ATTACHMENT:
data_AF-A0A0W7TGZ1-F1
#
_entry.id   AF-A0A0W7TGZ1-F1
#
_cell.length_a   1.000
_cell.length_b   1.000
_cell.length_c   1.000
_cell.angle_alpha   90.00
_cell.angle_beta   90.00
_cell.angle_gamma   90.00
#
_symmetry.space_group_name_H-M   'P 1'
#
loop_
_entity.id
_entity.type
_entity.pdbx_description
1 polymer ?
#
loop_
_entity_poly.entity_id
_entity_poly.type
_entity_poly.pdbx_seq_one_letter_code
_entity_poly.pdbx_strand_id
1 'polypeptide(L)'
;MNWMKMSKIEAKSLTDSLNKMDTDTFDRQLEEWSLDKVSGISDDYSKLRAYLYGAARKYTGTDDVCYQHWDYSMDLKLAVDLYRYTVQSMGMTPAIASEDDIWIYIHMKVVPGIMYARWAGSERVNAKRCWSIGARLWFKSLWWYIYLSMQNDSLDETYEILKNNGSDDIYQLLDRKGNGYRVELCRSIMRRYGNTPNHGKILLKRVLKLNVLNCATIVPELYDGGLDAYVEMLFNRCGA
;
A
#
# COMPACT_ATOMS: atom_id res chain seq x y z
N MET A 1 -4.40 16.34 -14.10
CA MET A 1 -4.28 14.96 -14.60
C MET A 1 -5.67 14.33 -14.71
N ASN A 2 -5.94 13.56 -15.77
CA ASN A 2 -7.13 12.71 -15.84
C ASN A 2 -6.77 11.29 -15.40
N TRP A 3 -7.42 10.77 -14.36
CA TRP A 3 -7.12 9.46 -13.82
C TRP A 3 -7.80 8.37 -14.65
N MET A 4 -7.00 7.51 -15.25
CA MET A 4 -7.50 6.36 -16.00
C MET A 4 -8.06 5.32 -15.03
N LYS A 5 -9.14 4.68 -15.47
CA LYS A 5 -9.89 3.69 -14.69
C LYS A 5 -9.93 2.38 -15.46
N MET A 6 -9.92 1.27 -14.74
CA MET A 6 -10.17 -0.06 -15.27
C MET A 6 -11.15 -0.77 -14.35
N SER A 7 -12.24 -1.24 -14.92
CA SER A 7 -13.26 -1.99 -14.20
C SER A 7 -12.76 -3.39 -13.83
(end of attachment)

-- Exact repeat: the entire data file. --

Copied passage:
data_AF-A0A0W7TGZ1-F1
#
_entry.id   AF-A0A0W7TGZ1-F1
#
_cell.length_a   1.000
_cell.length_b   1.000
_cell.length_c   1.000
_cell.angle_alpha   90.00
_cell.angle_beta   90.00
_cell.angle_gamma   90.00
#
_symmetry.space_group_name_H-M   'P 1'
#
loop_
_entity.id
_entity.type
_entity.pdbx_description
1 polymer ?
#
loop_
_entity_poly.entity_id
_entity_poly.type
_entity_poly.pdbx_seq_one_letter_code
_entity_poly.pdbx_strand_id
1 'polypeptide(L)'
;MNWMKMSKIEAKSLTDSLNKMDTDTFDRQLEEWSLDKVSGISDDYSKLRAYLYGAARKYTGTDDVCYQHWDYSMDLKLAVDLYRYTVQSMGMTPAIASEDDIWIYIHMKVVPGIMYARWAGSERVNAKRCWSIGARLWFKSLWWYIYLSMQNDSLDETYEILKNNGSDDIYQLLDRKGNGYRVELCRSIMRRYGNTPNHGKILLKRVLKLNVLNCATIVPELYDGGLDAYVEMLFNRCGA
;
A
#
# COMPACT_ATOMS: atom_id res chain seq x y z
N MET A 1 -4.40 16.34 -14.10
CA MET A 1 -4.28 14.96 -14.60
C MET A 1 -5.67 14.33 -14.71
N ASN A 2 -5.94 13.56 -15.77
CA ASN A 2 -7.13 12.71 -15.84
C ASN A 2 -6.77 11.29 -15.40
N TRP A 3 -7.42 10.77 -14.36
CA TRP A 3 -7.12 9.46 -13.82
C TRP A 3 -7.80 8.37 -14.65
N MET A 4 -7.00 7.51 -15.25
CA MET A 4 -7.50 6.36 -16.00
C MET A 4 -8.06 5.32 -15.03
N LYS A 5 -9.14 4.68 -15.47
CA LYS A 5 -9.89 3.69 -14.69
C LYS A 5 -9.93 2.38 -15.46
N MET A 6 -9.92 1.27 -14.74
CA MET A 6 -10.17 -0.06 -15.27
C MET A 6 -11.15 -0.77 -14.35
N SER A 7 -12.24 -1.24 -14.92
CA SER A 7 -13.26 -1.99 -14.20
C SER A 7 -12.76 -3.39 -13.83